Nanoparticles raise fears as study shows collection in coastal waters

Image by USCImage by 20090623-goldrod.jpg Microscopic image of light scattered by gold nanorods in a collagen gel. Image is approximately 1 mm across.

A recent study done near James Island's Fort Johnson showed an alarming collection rate of nanoparticles in marine organisms and other organic mater.

To be clear, the particles collected were put there specifically for their easy detection, but still The Post and Courier's Bo Petersen writes about how this is still reason for alarm.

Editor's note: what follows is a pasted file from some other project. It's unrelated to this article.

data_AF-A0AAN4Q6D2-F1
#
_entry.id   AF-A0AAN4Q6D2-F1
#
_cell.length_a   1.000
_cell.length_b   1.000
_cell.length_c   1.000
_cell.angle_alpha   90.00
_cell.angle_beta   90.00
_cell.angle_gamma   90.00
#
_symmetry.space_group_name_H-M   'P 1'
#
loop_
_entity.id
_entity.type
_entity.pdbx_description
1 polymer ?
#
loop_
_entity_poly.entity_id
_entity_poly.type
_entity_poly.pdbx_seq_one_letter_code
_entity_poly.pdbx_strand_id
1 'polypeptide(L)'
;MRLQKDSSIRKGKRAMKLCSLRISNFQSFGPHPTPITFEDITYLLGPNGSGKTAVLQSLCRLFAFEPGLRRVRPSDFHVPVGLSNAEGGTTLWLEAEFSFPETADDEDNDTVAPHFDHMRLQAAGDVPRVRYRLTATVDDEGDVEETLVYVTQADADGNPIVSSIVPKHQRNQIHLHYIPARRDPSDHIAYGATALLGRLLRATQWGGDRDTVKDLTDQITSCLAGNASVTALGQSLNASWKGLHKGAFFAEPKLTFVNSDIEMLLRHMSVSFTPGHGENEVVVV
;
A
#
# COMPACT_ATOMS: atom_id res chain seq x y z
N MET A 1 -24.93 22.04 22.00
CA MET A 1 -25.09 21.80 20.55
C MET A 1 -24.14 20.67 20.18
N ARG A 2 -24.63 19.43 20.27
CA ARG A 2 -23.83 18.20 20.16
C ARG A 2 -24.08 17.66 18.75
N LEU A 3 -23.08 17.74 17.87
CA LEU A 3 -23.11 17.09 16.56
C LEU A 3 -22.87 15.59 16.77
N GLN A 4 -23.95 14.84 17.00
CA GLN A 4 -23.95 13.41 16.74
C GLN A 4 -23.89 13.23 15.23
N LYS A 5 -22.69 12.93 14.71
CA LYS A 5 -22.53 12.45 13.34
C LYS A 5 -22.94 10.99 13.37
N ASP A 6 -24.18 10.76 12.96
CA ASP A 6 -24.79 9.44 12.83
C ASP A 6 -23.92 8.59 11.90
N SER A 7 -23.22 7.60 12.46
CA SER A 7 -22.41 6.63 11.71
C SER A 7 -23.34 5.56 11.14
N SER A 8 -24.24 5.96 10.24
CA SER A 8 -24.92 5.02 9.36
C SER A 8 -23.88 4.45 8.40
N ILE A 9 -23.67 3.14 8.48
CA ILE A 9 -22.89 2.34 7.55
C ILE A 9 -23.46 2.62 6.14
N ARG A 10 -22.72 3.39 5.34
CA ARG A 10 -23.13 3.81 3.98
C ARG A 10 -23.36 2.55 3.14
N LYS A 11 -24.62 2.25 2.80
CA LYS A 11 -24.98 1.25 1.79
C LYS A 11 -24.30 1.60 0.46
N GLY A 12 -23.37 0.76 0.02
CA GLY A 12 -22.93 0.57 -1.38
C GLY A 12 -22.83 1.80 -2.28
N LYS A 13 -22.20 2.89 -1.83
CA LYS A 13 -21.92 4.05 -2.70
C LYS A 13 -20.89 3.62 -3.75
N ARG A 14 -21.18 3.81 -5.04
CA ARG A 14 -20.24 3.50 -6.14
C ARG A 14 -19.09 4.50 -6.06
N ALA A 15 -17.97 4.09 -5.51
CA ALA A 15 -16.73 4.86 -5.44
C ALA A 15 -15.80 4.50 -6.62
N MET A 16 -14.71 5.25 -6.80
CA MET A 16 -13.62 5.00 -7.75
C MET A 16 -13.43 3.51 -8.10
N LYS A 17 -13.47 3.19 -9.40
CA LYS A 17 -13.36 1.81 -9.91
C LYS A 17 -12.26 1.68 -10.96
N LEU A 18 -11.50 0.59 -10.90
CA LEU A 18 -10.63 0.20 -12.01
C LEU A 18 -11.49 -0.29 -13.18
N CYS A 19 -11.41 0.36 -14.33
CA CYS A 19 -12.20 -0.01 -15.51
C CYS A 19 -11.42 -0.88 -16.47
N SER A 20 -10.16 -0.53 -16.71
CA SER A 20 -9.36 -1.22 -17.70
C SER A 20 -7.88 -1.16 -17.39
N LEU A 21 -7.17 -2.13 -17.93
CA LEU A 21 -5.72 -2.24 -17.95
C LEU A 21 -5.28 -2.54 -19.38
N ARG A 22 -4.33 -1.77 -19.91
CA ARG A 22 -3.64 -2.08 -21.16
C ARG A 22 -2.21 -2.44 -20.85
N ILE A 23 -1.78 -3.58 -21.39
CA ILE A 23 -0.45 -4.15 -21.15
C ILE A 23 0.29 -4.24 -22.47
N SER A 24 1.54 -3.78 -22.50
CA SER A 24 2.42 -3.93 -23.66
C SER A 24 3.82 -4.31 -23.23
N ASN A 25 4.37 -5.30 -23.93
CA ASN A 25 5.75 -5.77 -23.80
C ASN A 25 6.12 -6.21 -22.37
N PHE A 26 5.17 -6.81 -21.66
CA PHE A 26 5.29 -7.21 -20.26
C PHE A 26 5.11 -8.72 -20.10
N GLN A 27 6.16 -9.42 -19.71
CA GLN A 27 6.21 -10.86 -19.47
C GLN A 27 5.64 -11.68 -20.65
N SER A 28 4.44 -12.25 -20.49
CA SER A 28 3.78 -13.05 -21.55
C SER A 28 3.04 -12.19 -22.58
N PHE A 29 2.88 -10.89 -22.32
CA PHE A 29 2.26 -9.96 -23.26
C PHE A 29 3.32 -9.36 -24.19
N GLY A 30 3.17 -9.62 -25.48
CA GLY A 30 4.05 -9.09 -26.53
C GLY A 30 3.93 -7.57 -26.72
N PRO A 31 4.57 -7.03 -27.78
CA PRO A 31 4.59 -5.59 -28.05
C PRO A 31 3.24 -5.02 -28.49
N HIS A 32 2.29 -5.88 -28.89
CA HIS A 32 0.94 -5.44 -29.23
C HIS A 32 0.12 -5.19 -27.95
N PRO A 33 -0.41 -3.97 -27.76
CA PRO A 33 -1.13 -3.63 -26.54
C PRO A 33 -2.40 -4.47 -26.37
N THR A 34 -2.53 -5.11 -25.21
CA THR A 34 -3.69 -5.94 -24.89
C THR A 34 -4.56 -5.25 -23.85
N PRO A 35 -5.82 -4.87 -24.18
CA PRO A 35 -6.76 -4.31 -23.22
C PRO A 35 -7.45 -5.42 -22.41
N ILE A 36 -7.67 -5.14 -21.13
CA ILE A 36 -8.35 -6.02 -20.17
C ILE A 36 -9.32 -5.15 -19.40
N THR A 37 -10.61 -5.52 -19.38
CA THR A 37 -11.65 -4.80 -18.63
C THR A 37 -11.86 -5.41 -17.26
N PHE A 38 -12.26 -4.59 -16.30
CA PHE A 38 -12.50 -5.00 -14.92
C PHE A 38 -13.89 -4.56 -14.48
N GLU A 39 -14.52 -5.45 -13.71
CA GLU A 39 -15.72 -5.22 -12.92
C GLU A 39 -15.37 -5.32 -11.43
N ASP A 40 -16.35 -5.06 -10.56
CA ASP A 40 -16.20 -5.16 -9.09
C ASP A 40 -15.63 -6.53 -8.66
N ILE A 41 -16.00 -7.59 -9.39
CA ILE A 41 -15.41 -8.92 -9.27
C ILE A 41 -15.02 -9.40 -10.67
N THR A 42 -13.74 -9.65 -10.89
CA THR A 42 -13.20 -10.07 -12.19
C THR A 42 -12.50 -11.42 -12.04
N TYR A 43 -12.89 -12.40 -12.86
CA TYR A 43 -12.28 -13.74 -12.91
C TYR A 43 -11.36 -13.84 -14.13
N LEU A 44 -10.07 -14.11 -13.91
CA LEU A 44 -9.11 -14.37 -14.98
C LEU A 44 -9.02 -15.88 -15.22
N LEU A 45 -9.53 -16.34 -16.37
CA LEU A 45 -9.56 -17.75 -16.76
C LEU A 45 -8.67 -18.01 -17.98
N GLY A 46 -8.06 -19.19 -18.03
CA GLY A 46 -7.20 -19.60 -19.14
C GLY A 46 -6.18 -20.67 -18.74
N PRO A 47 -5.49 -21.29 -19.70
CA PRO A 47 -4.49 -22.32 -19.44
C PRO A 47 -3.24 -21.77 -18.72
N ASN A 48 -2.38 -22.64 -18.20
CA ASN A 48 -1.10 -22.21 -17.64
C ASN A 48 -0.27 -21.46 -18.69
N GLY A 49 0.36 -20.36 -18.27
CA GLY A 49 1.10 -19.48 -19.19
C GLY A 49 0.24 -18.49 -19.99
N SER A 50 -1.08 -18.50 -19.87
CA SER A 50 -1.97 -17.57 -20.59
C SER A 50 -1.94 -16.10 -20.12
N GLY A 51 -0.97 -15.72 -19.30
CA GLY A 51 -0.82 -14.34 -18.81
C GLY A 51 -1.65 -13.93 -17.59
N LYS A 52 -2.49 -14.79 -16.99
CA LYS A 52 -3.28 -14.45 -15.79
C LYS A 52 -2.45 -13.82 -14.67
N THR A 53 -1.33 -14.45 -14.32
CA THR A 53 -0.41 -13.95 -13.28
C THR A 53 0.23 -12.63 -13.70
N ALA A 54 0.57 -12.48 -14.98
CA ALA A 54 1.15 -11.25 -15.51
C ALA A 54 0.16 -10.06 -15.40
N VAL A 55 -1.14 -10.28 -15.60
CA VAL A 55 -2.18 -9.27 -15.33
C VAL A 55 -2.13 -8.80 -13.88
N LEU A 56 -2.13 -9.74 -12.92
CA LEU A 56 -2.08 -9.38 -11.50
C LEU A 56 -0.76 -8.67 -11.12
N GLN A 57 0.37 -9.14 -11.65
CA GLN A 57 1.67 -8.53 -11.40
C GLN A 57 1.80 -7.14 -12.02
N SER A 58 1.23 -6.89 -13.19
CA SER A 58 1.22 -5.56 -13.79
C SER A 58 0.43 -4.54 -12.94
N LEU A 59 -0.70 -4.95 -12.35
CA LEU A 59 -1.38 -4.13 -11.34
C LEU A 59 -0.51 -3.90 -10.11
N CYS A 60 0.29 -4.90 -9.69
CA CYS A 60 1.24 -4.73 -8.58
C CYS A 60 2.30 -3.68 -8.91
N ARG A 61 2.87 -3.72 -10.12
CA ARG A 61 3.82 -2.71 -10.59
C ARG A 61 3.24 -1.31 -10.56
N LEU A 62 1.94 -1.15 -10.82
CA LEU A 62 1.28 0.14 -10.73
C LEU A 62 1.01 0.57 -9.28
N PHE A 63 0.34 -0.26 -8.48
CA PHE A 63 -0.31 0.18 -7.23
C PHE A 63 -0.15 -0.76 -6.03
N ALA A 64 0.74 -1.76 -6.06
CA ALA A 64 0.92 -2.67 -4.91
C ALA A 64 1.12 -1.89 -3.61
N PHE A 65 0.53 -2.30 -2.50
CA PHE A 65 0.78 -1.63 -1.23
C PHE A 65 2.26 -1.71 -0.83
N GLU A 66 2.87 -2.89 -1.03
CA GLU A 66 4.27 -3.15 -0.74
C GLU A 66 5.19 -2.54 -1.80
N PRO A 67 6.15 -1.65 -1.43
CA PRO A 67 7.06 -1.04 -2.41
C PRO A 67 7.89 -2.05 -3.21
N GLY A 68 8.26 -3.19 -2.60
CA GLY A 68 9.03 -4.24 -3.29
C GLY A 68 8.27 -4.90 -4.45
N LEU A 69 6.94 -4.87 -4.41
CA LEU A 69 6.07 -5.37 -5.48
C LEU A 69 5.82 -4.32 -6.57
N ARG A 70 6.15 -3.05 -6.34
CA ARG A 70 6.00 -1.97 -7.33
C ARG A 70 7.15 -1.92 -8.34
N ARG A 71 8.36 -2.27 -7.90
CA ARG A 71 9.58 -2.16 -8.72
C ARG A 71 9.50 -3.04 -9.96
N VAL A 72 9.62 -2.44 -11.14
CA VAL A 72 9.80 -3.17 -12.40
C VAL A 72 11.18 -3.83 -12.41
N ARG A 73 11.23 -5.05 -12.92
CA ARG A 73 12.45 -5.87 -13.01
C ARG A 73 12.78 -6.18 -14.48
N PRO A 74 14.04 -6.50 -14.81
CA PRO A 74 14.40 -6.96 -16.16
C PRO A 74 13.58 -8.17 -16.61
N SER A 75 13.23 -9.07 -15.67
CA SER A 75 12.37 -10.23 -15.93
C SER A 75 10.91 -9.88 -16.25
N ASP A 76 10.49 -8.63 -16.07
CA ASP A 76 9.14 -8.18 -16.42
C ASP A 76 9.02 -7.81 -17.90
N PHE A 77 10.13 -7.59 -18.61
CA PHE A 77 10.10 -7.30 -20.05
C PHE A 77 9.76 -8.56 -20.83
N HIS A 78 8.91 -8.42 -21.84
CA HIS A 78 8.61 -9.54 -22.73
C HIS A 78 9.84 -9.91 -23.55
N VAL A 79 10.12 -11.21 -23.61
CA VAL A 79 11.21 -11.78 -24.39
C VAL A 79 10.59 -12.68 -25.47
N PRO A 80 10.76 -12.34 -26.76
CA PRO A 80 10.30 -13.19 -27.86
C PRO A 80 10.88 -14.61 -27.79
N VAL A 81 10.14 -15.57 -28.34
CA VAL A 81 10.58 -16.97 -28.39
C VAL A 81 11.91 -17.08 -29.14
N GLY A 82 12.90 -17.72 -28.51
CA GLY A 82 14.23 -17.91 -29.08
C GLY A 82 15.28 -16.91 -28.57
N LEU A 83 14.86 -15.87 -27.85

But it's also worth pointing out that its not just nanoparticles that stand to be collected in water, already we've seen damaging effects from too much medicine, copper boat paint, fuel, and so on in our waters.

Go take a read on the latest on the situation in Petersen's piece.

If you're intrigued and science is your thing, take a look at this paper, called "Nanotechnology and The Pollution Risks of Nanoparticles in the Environment."

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